Good Fruit Grower

February 2013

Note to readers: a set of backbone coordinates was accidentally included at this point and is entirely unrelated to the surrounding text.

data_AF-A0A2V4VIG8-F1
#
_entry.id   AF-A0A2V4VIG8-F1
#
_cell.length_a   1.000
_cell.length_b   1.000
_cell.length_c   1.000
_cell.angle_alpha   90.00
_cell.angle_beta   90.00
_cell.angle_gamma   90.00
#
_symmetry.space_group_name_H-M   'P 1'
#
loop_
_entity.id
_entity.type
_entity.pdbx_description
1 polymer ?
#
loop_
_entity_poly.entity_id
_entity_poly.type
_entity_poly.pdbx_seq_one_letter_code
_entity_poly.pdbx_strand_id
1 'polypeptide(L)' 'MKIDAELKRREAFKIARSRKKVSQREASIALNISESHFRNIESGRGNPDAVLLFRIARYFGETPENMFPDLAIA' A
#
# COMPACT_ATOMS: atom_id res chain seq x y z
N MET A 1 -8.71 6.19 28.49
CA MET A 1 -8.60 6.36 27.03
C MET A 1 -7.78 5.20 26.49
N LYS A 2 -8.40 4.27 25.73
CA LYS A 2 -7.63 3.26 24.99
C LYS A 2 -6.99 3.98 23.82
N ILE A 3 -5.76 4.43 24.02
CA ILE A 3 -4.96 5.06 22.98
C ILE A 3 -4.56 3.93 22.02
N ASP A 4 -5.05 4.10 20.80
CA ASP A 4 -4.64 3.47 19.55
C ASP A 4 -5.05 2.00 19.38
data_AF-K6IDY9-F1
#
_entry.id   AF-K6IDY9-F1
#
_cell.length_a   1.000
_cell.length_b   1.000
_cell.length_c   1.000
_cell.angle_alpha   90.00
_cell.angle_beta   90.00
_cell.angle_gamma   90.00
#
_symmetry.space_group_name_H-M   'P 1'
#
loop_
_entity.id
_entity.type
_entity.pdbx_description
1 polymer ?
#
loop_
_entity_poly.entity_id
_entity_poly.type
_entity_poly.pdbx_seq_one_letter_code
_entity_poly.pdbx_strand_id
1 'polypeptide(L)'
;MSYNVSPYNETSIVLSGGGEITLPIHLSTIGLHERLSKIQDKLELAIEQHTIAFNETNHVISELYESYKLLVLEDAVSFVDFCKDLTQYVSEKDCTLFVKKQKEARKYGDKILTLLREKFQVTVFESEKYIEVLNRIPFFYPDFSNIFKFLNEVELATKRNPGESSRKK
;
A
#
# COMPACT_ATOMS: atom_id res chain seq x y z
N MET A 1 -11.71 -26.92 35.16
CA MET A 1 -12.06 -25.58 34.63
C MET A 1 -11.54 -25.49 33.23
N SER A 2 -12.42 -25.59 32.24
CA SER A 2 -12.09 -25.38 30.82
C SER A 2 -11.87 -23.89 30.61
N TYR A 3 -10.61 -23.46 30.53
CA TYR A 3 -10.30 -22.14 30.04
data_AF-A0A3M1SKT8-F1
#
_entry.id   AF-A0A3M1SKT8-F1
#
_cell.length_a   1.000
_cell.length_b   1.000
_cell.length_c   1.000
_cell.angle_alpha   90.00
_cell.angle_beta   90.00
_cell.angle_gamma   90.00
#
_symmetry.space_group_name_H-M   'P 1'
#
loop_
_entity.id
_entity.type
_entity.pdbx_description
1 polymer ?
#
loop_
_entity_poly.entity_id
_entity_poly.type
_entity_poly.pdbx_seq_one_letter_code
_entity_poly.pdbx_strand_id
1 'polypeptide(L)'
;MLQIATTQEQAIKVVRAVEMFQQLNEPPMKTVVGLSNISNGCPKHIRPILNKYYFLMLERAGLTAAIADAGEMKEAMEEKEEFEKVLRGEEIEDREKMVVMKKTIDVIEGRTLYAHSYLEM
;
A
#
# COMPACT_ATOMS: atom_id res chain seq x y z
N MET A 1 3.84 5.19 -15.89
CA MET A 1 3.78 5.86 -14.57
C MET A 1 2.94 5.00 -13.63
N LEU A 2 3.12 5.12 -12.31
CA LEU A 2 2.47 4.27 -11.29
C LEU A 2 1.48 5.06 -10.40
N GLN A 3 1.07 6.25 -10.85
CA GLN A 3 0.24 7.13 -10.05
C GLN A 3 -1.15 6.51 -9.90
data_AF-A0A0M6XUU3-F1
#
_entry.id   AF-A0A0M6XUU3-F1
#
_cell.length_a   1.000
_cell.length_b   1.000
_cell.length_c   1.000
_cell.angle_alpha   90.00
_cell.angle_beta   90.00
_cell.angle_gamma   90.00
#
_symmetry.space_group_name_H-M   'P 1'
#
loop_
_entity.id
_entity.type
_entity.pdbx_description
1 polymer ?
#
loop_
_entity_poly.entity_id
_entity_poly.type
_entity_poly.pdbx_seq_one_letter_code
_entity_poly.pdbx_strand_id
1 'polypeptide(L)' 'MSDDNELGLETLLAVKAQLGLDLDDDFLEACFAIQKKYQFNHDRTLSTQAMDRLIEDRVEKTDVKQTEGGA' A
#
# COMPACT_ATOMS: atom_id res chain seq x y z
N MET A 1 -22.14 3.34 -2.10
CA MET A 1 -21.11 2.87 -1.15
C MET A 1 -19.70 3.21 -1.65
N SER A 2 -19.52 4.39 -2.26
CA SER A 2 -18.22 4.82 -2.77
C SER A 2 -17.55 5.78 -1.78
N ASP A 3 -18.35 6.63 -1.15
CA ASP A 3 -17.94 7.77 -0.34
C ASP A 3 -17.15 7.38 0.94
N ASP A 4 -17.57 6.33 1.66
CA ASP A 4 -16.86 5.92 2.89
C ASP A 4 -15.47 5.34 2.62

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Viticulture New winery adds capacity T he "wow" factor is often used to describe sleek, luxury cars and new electronic gadgetry—not industrial, bulk wineries. But Zirkle Wine Company's new facility in Prosser, Washington, is all wow, from its massive, stainless steel tanks to state-of-the-art equipment to precision-designed flow. Even the time it took to build the football-sized winery is amazing. Construction began last year in February and was completed in time for the 2012 harvest and crush last fall. Two 50-ton grape presses came from Italy and fit perfectly when installed on the concrete pad—within millimeters, said David Forsyth, winemaker at Zirkle Wine. "The fact that it was built well, and in such a short time frame, says a lot about winery operations manager David Copeland and his attention to detail," Forsyth said. A powerhouse team with years of Washington wine experience has been assembled to run the winery. Forsyth is a veteran of the state's wine industry, beginning at Hogue Cellars in 1984, and eventually becoming general manager there. Forsyth left Hogue in 2005 to be winemaker at Mercer Estates and joined the new Zirkle Wine staff last June. Copeland, operations manager, worked with Forsyth at both Hogue and Mercer Estates. French-trained winemaker Frederique Spencer, who was previously with Yakima Valley's Sagelands Winery, works with Forsyth in making wine. The Zirkle Wine team is rounded out with a full-time enologist to run the wine laboratory and two full-time cellar masters. Seasonal workers are hired to help with crush. Zirkle Wine Company, a custom crush facility, has room to grow its million-gallon capacity. Efficient by Melissa Hansen The winery was designed to be efficient in all areas, from the handful of staffers needed to make a million gallons of wine to the elevated grape receiving station and flow of product. The receiving station is about 20 feet higher than the winery floor. Gravity is used as much as possible, reducing the amount of energy needed for pumping and also being gentler on the grapes. Other examples of efficiency include using conveyor belts instead of augers to move red grapes, which reduces the amount of solids moved to the fermenting tanks, thereby reducing bitterness in the wine. Overhead lines transfer wine to the tanks, keeping the floor free of unnecessary pipes and hoses. A heat exchanger was installed on the red juice line, Forsyth said, allowing red grapes to be heated up by 30 degrees if needed as they move from the outside crush pad inside to the fermenting tanks—all in one pass. "Being able to do that in one pass, and not having to go through another set of pipes, is huge," he said. Natural lighting from ceiling lights, windows, and rollup window doors create a bright and well-lit environment while reducing energy costs. Additionally, the interior lights have motion sensors to allow lighting only the area where workers are present. —David Forsyth "Smaller wineries don't have the luxury of all the equipment we have here because of the cost and economies of scale." New technology Forsyth said he likes the collaboration with the management team that comes with working at a large winery, compared to being winemaker at a small facility and doing it all by oneself. He also likes access to state-of-the art technology and equipment. 22 FEBRUARY 1, 2013 GOOD FRUIT GROWER

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